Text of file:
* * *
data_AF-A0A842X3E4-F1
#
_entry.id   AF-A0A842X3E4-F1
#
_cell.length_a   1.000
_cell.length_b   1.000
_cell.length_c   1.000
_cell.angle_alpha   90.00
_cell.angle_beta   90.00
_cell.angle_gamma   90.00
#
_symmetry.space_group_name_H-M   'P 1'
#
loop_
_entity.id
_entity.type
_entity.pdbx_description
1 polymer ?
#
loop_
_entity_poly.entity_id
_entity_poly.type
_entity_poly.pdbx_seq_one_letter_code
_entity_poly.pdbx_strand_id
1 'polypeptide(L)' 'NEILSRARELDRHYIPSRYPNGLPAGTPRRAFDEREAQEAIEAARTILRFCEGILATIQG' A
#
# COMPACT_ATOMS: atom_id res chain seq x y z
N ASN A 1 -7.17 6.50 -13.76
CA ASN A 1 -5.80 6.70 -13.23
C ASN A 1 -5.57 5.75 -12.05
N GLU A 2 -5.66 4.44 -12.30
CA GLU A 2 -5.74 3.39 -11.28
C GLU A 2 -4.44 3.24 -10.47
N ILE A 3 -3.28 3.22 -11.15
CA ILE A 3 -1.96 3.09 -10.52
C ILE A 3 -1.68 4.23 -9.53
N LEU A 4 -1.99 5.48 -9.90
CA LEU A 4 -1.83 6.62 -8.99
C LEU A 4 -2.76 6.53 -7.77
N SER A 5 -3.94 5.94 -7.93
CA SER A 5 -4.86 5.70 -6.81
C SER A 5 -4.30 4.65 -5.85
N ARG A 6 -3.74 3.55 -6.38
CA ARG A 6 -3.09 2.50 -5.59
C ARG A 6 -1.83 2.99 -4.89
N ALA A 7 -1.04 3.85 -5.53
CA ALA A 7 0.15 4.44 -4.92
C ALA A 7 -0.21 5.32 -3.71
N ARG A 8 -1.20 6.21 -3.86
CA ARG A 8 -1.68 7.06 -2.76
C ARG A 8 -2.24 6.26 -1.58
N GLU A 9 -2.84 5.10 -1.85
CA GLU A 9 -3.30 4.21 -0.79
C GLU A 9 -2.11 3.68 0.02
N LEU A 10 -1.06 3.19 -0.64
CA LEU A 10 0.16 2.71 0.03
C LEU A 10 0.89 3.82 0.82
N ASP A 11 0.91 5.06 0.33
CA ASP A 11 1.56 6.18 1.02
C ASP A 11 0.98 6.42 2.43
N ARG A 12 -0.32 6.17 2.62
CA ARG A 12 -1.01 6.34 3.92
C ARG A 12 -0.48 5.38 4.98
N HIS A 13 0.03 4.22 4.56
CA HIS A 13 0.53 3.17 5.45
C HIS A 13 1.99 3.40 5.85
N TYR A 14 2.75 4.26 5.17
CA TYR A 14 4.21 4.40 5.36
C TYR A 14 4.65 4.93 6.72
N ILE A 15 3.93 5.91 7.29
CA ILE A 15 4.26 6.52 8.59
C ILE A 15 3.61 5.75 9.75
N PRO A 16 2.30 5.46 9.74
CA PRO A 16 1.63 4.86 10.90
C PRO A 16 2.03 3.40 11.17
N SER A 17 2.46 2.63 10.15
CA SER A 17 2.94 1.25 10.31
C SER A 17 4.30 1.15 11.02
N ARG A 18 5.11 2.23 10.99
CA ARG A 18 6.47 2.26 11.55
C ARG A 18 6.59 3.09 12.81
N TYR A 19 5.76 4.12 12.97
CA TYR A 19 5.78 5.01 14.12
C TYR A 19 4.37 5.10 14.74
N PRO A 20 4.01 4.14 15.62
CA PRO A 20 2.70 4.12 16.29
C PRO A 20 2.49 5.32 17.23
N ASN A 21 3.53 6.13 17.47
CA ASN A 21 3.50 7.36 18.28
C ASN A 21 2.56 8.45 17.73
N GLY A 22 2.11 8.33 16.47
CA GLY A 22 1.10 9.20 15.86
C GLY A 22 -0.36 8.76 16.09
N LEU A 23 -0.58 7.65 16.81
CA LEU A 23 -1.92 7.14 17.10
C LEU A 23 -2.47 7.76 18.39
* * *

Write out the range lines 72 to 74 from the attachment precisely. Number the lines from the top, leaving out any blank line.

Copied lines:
C ILE A 15 3.61 5.75 9.75
N PRO A 16 2.30 5.46 9.74
CA PRO A 16 1.63 4.86 10.90